New batch of vaccines available in Ontario this fall
Published Thursday, September 14, 2023 5:57AM EDT
Last Updated Thursday, September 14, 2023 10:53AM EDT
Ontarians will be able to get their flu shot as of Oct. 30 and a new COVID-19 vaccine will become available sometime this month.
In a news release issued Thursday morning, the government said that Ontarians are encouraged to stay up to date on their vaccinations.
Individuals who are vulnerable or at high risk of infection, including seniors in long-term care and hospital staff, will begin to get their flu shots this month.
Everyone else will be able to get their dose starting in November from their family doctor, public health unit or participating pharmacy.
The ministry of health says the province expects to start receiving doses of Moderna’s updated COVID-19 vaccine, which was recently approved by Health Canada, later in September.
The new vaccine better protects against the new Omicron XBB variant and is approved for people over the age of six months.
The province says initial doses will be prioritized for higher-risk populations. More details on this timeline will be provided at a later date.
Speaking with CP24, Ontario’s Chief Medical Officer of Health Dr. Kieran Moore said Ontario can expect about 300,000 doses of the new vaccine “in the coming days.”
“Our priority at present given the limited supply that we have is really those that are most predisposed to an at-risk, severe outcome,” he said.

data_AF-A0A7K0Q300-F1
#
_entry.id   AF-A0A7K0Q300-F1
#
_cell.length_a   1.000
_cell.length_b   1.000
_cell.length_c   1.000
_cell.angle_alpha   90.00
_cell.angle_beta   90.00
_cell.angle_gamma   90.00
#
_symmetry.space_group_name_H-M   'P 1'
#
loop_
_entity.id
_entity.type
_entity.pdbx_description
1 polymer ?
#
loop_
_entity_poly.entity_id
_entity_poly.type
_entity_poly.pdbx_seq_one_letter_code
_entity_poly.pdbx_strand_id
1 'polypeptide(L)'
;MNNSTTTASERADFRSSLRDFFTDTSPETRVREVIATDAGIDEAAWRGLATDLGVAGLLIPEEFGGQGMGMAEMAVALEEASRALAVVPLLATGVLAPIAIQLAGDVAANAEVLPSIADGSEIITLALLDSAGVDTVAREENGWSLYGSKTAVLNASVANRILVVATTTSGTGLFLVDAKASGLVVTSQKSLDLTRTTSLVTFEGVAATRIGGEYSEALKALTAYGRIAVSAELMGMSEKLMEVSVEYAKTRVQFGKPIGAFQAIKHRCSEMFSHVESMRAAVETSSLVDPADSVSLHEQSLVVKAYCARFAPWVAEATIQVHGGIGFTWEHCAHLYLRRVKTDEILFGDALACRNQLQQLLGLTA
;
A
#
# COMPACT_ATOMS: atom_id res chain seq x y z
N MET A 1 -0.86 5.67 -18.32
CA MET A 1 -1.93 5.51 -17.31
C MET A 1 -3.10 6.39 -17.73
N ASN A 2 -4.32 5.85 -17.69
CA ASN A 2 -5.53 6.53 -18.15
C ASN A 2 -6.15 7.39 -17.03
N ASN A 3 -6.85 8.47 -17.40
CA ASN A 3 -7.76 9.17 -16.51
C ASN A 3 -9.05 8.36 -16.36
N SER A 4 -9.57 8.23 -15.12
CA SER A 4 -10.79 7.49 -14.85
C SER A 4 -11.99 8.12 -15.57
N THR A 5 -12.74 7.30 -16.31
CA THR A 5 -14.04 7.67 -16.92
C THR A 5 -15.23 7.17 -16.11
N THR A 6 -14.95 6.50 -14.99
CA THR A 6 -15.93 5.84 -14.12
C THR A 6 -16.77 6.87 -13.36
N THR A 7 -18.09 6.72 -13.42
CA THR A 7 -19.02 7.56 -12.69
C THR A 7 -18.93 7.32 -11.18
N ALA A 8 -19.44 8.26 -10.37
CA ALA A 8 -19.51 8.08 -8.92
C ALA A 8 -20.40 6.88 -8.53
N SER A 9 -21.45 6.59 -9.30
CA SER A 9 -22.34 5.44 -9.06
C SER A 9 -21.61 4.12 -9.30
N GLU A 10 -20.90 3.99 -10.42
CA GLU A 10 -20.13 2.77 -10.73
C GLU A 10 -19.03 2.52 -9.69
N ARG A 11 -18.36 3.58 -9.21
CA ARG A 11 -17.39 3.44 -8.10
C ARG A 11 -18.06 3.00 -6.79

“But as the vaccine becomes more available later in October and November, we absolutely would call upon others to come forward, if it's been more than six months, to protect yourselves, your family, and your community against any adverse events from COVID and or influenza.”
He noted that the new influenza vaccine had a strong efficacy rate during the southern hemisphere’s flu season.
NEW RSV VACCINE FOR SENIORS
Ontario will roll out its first publicly funded Respiratory syncytial virus (RSV) vaccine for adults aged 60 and up. This vaccine—called Arexvy—was approved by Health Canada in August.
The ministry of health says that individuals living in long-term care homes, Elder Care Lodges and retirement homes will be the first to get the shot.
It’s unclear when the vaccine will roll out for the general public as little guidance has been rolled out. The National Advisory Committee on Immunization is not expected to issue its recommendations on RSV vaccination for older adults until 2024.
As such, the federal government has said it’s up to each province and territory whether to include it in their vaccination plans.
These announcements appear to be part of the province’s “fall preparedness plan” ahead of the respiratory illness season. They come as the province further proposes an expansion of pharmacists’ responsibilities, allowing them to prescribe flu medication, give flu shots to babies, and administer RSV vaccines.
This will allow pharmacists to be hired to enter long-term care or retirement facilities to add to the rollout of Arexvy, the province said.
Pharmacists have been able to administer flu shots to people as young as two years old since 2020, but for children under that age, parents have had to go to a family doctor or clinic.